An Administrative Perspective – PHE America

An Administrative Perspective – PHE America

An Administrative Perspective – PHE America

As we begin a new year, the Society of Health and Physical Educators (SHAPE America) continues to engage two national task forces to revise the national standards in health and physical education and I consider this work to be critical to the future of our profession. In regularly reviewing and revising our standards, we make certain that we include the latest research, hands-on teacher experiences, and best instructional practices from the field. Additionally, it allows us to continue to take a critical look at how our society and education have evolved around the essential work of student wellness in our schools.

In recent years, I served at my state level on our standards review team and found the work to be invaluable in serving the needs of every student. We made a lasting commitment to forging forward with progressive and responsive core ideas and disciplinary practices that speak to every community in my diverse state of New Jersey. This is the task ahead for the national revision. In order to serve the needs of our young people across the nation, SHAPE America has the momentous responsibility of building national standards that echo the voice of every child in America.

I believe that this significant task means incorporating the very latest research on the critical and essential skills of physical movement in physical education and a focus on skill-based health education to foster a classroom of inquiry-based instruction. We must incorporate the abilities of students to contribute to and create a learning environment where they can thrive, grow and learn. Our future standards must reflect that student-focused approach.

There has been vast and robust discussion about the focus on what the non-negotiable needs are for every student in a post-pandemic educational world in health and physical education. Is it social-emotional learning? Is it equity, diversity, and inclusion? Is it trauma-informed practice? Is it restorative practice? I believe all of these perspectives contribute to a comprehensive set of national standards. The documents that are ultimately published at the national level will provide foundational guidance and serve as a blueprint for instruction for many states and for many local school districts.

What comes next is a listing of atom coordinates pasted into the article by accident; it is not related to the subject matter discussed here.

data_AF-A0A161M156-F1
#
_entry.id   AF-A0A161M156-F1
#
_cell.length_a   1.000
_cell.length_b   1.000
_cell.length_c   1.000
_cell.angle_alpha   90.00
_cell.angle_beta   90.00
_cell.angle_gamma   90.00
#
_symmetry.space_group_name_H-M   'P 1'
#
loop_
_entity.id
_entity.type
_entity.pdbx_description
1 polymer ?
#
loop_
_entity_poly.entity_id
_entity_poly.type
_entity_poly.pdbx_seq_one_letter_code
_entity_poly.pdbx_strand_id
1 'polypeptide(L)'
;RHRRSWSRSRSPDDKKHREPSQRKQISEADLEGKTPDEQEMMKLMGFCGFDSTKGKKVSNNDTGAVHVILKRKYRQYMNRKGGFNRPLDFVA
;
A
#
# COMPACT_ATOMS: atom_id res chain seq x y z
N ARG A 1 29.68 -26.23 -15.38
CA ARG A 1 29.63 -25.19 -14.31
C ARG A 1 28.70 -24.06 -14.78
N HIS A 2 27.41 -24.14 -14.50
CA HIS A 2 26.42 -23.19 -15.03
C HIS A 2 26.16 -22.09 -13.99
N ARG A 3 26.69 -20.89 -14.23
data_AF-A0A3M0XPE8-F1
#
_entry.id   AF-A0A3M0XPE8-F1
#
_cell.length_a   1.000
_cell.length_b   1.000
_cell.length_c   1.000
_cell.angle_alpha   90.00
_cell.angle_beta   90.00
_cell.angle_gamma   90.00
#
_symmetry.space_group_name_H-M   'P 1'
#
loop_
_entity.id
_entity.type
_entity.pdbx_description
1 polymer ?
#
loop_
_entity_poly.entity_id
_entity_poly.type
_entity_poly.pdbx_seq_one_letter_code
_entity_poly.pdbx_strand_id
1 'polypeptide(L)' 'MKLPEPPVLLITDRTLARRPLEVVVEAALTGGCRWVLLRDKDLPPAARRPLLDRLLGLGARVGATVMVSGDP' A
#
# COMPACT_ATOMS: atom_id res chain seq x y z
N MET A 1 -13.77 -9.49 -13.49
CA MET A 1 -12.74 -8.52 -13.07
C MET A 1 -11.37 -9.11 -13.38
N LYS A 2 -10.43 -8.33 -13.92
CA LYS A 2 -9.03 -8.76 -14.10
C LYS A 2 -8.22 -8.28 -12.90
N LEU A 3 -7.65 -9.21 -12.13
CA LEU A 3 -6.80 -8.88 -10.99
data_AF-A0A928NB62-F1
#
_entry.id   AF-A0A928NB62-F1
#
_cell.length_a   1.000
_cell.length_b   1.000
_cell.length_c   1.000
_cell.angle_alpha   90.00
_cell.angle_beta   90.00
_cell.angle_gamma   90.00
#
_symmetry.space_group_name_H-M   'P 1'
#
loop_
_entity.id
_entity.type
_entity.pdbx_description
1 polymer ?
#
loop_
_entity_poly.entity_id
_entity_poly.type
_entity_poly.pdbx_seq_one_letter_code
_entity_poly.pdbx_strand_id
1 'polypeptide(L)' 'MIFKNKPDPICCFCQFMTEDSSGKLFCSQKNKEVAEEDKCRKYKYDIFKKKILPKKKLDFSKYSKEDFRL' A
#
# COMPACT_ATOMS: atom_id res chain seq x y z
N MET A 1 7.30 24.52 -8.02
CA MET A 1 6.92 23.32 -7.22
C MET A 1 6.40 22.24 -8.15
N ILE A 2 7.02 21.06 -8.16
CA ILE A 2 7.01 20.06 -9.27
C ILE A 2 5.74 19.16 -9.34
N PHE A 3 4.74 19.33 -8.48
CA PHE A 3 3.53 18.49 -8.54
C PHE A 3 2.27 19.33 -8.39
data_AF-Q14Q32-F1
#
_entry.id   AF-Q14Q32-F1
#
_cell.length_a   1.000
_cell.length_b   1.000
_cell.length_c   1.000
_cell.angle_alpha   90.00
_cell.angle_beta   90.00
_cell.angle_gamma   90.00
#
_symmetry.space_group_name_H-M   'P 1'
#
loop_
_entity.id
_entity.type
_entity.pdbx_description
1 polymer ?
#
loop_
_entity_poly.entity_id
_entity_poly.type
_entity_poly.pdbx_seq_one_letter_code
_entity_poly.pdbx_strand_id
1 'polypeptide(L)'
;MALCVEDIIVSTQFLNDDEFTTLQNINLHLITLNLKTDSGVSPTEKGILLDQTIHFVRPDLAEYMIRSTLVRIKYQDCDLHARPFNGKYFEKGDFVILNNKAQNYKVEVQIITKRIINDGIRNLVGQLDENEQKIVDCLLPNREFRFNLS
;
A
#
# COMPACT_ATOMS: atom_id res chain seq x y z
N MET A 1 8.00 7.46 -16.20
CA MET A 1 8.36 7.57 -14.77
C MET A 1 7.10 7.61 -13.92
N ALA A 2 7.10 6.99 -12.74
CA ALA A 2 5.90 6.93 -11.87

Whether or not the accomplishmentioned student needs are met; ultimately falls upon the teacher on the ground. There is no substitute for a caring, loving, thoughtful, askable, and trusted adult in the classroom. Without that, no set of standards can ever come to life. We must acknowledge through these national performance indicators that not every child is having the same experience in the classroom, but that every child has the right to a developmentally appropriate health and physical education experience.

In closing, I am enthusiastic about the future work of the National Standards Revision Task Forces in Health Education and Physical Education. I believe all health and physical educators should be excited about the essential skills of our work. I am sure we will continue to teach skills such as dribbling, passing, shooting, striking, and volleying in physical education toward health-enhancing levels of physical fitness. We will also deliver timeless opportunities for kids to engage in decision-making, advocating, goal-setting, and analyzing influences. These and all other outcomes help to make the case that our academic work remains essential to the life and death of every young person. I am hopeful that these documents will speak directly to the hearts and minds of every K-12 student in every community of our country. Our ability to translate these standards in every classroom offers us a daily opportunity to prove that our profession is the most important work happening in our nation’s schools.


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